DAILY NEWS Oct 24, 2007 4:55 PM - 0 comments

Canada's legal culture will prevent "excesses" of U.S. legal system: Swiss Re seminar

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2007-10-24
Canada’s insurance industry is not in danger of seeing the same kinds of wild personal injury and product liability lawsuits launched in the United States, based on a number of reasons related to Canada’s legal system and culture, a panelist told Swiss Re’s 2007 Casualty Seminar in Toronto.
“It’s my firm belief that I don’t think we will ever see some of the excesses that [panelist] Tony [Mormino, Swiss Re’s senior legal counsel] described,” said Kathy Ricketts, vice president of casualty underwriting for Swiss Reinsurance Company Canada.
Ricketts was referring to a presentation by Mormino, in which Mormino referred to slides of cases sourced in The True Stella Awards, by Randy Cassingham.
Mormino’s slides showed a number of seemingly outrageous personal injury and product liability cases launched in the United States, including a US$862-million defamation suit against Michael Jordan and Nike co-founder Phil Knight for personal injury because the plaintiff “found it distressing to look like and be confused with the basketball star.”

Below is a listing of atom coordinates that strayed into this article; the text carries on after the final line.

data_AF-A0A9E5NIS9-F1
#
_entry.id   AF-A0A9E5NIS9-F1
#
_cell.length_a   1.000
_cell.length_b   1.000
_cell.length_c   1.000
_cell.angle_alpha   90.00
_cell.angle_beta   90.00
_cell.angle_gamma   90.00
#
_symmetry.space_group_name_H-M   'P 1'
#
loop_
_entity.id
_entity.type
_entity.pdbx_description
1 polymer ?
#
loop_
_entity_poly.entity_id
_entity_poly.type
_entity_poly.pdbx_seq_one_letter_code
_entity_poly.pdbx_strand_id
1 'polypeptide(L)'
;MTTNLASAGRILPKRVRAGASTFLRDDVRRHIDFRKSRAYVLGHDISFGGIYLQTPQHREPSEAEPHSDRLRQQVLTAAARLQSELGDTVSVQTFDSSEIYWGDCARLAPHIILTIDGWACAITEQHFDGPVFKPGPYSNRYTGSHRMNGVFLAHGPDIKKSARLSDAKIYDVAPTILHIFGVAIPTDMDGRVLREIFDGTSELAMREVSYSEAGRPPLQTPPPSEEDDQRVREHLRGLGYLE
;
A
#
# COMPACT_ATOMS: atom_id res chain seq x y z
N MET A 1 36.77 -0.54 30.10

Mormino noted punitive damage awards in the U.S. are now expected to enter a relative realm of rationality, because the U.S. Supreme Court has recently found that punitive damages cannot exceed compensatory damages by more than a single-digit multiple.
Plaintiff’s lawyers in the U.S. have responded to the U.S. Supreme Court’s ruling by trying to obtain larger general damage awards in lieu of punitive damages, Mormino noted.
But in Canada, the judiciary is more conservative, Ricketts observed. She noted the Supreme Court of Canada has capped general damage awards at roughly Cdn$100,000, indexed to inflation. [Today, the value would be roughly $320,000.]
Ricketts added that Canadian court awards, while they are getting higher, would never approach those in the U.S. for the following reasons:
• Canadians, unlike U.S. citizens, have universal health care and are thus less likely to be ruined by medical claims (and are therefore less likely to have to sue to recover their medical costs);
• Canadian judges are appointed, not elected, and therefore Canadian courts are somewhat insulated from pressure to make decisions that will appeal to the electorate (i.e. policyholders).
• The outside limit for punitive damages against an insurer in Canada is thus far about Cdn$1 million. To approach this kind of award, the defendant’s conduct would have to be demonstrably “vindictive,” “reprehensible,” and “malicious.”
• There is more of an emphasis on bench trials in Canada, as opposed to jury trials in the United States.


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